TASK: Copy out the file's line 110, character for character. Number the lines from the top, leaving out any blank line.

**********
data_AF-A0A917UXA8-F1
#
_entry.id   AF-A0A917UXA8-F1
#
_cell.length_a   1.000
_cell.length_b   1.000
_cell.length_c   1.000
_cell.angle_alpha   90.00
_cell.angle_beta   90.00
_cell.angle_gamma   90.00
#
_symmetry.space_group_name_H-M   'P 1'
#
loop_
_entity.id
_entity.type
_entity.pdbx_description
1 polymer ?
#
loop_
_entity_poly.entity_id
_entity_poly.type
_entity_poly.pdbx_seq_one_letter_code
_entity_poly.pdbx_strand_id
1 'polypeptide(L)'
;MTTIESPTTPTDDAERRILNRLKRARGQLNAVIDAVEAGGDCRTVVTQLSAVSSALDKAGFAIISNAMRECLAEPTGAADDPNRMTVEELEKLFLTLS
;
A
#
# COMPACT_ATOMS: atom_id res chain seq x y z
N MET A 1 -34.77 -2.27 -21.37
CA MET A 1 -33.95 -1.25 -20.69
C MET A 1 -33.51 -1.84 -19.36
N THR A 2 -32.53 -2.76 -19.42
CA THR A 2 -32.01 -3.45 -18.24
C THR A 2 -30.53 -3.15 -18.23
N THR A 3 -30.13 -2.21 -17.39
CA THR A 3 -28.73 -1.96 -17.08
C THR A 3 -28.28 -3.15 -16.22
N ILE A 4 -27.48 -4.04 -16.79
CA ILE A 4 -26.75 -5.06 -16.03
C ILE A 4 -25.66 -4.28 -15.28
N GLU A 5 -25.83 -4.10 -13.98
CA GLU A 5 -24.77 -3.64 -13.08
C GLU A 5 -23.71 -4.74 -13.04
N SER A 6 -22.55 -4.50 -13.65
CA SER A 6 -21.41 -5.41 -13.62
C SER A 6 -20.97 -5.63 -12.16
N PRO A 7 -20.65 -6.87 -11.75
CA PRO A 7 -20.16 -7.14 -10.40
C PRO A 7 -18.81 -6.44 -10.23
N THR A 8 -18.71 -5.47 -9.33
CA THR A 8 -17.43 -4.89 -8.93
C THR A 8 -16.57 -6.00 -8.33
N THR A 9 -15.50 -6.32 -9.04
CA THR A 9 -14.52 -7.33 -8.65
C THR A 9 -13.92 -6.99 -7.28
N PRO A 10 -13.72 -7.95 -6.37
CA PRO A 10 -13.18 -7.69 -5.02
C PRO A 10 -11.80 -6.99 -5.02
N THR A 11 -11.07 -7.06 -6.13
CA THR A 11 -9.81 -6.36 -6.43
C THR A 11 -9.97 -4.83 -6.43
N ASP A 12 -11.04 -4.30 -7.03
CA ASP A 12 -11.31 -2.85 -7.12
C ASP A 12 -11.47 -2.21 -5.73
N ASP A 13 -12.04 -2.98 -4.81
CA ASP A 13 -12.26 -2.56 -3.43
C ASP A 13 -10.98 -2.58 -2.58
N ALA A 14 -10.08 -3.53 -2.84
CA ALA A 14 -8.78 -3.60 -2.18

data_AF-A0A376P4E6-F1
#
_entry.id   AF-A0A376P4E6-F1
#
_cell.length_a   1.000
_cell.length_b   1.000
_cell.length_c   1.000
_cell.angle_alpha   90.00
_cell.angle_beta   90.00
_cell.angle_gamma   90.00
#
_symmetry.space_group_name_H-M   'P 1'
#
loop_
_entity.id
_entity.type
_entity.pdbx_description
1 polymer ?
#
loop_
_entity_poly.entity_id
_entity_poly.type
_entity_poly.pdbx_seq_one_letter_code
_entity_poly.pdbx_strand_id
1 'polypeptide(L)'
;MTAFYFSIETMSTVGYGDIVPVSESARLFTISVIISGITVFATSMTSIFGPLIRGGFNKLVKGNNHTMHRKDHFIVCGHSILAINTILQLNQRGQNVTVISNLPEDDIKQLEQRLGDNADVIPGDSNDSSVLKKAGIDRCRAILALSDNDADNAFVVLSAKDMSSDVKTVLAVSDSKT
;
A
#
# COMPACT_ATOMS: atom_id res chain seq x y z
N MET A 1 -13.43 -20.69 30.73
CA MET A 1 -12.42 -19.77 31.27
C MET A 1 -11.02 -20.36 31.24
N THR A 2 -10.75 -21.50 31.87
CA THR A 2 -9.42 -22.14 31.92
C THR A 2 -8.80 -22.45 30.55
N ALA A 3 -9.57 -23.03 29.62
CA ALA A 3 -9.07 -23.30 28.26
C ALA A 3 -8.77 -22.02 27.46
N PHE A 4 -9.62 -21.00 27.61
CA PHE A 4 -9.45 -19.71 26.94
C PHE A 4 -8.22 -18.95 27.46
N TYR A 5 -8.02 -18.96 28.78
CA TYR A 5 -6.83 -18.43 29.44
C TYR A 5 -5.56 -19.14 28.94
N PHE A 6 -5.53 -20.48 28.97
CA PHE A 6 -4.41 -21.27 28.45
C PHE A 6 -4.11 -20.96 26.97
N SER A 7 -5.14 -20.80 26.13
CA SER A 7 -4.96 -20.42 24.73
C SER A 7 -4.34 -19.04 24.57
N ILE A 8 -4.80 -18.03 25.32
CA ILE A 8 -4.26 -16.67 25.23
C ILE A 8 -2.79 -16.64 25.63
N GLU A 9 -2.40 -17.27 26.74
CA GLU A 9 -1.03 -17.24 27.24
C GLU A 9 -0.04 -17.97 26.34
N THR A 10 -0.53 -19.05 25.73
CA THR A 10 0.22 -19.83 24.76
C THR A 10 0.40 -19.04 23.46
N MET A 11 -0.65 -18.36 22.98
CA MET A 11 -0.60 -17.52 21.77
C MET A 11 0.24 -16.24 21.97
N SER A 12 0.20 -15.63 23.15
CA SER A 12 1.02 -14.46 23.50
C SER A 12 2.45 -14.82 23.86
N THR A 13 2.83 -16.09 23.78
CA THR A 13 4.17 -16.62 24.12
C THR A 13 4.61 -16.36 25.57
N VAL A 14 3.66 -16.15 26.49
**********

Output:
C ALA A 3 -8.77 -22.02 27.46